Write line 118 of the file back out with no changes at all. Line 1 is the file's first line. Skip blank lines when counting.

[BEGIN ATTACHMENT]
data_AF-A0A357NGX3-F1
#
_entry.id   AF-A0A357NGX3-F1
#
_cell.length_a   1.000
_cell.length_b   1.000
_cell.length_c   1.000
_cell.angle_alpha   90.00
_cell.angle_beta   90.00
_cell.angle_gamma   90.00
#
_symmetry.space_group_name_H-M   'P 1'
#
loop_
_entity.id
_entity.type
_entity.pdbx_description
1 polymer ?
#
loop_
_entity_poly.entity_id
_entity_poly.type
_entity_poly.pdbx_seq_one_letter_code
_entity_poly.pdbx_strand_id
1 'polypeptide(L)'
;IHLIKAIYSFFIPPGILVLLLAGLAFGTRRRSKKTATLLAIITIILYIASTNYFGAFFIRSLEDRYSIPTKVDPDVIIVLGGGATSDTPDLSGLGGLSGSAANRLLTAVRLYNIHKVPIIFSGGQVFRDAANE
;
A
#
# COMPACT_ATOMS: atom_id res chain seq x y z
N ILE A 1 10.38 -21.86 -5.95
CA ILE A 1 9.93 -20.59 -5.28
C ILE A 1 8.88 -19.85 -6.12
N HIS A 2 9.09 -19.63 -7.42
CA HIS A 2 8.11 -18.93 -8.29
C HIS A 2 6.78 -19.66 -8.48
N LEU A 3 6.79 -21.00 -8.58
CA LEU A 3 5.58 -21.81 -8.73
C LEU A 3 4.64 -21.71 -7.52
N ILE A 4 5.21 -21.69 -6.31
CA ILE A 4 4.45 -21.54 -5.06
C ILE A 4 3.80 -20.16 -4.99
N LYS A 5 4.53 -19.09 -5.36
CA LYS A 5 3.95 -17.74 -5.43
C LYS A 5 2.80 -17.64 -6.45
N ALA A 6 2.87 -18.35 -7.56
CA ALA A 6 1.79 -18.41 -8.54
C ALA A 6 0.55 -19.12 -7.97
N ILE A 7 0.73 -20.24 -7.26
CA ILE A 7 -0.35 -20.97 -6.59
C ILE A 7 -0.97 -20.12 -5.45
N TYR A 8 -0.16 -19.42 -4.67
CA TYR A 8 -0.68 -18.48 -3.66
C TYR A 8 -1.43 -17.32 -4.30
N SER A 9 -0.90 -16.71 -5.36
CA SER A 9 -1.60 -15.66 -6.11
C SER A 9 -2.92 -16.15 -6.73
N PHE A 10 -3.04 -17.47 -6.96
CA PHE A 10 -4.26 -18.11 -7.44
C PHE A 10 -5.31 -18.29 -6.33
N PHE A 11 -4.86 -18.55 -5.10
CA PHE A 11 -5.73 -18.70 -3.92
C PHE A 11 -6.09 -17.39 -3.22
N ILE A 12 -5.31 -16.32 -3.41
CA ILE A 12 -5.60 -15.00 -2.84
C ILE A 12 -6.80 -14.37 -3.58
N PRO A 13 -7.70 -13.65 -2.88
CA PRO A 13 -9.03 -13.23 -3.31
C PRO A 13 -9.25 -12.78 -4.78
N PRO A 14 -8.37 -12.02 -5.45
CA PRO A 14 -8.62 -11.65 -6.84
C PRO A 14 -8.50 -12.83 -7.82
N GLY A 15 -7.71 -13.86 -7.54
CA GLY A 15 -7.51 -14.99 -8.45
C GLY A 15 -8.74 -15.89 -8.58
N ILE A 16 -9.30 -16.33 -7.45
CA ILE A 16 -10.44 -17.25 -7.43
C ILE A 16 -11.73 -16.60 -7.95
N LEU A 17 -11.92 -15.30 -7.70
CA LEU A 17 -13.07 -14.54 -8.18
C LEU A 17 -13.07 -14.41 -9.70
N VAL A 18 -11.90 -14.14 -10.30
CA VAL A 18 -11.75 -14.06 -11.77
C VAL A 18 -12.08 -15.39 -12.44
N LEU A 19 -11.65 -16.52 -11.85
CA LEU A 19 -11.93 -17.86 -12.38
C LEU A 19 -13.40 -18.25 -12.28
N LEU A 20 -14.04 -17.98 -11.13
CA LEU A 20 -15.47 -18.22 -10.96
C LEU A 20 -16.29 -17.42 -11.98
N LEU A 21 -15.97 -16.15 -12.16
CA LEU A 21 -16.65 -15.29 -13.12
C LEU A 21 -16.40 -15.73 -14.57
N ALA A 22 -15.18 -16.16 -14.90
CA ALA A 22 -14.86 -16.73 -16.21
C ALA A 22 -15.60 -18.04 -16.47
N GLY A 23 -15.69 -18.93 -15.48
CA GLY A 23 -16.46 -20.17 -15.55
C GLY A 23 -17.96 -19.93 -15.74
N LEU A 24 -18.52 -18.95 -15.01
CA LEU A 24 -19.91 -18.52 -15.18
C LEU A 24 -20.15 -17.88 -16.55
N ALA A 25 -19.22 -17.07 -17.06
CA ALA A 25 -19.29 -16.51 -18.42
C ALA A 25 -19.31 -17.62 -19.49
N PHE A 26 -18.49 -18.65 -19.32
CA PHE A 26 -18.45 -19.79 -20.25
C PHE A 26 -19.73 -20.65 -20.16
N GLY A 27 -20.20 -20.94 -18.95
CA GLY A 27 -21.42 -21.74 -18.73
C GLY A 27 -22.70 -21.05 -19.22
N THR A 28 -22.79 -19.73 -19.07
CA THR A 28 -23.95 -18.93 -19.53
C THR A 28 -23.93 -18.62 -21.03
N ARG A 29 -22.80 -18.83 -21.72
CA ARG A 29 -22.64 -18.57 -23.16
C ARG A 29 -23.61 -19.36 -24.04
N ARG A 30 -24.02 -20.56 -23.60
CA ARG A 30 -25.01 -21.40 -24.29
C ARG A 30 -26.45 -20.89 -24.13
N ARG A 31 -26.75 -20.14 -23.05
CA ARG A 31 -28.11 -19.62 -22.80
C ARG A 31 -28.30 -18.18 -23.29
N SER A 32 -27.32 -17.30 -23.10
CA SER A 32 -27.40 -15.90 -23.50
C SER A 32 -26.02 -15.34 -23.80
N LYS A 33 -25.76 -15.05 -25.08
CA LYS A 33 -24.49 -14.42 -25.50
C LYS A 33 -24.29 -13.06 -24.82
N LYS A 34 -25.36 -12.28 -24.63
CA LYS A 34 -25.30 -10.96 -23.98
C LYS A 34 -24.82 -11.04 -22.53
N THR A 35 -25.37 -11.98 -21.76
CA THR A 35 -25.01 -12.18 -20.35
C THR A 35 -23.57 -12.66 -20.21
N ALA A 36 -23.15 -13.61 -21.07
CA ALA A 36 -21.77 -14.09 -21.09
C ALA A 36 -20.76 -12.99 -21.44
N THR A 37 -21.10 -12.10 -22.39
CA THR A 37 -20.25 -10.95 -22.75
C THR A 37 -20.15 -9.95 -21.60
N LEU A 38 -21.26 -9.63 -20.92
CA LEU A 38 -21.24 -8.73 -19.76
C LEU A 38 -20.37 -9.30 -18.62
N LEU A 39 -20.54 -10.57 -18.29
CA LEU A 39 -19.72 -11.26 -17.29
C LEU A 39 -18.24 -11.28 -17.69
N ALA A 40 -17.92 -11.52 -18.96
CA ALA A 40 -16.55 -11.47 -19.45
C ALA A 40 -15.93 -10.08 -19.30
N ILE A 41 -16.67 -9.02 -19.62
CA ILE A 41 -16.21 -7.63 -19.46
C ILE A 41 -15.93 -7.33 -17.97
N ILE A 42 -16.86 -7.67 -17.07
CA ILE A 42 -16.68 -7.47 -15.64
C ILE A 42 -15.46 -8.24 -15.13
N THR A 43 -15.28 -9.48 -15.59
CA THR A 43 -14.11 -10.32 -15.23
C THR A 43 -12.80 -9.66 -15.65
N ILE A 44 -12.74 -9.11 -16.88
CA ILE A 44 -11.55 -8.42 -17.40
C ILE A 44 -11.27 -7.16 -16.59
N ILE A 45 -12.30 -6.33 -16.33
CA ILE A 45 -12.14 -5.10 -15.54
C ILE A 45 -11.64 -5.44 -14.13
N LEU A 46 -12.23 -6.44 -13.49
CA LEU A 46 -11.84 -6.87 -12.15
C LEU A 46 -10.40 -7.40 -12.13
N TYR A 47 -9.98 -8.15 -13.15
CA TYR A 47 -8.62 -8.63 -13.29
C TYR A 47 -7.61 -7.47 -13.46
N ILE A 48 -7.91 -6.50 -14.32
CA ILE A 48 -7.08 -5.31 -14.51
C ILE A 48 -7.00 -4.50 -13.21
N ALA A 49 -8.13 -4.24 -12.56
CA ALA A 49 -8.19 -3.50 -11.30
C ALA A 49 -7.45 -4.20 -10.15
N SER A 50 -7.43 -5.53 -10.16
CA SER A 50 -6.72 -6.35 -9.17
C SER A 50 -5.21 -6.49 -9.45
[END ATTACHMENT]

N ARG A 30 -24.02 -20.56 -23.60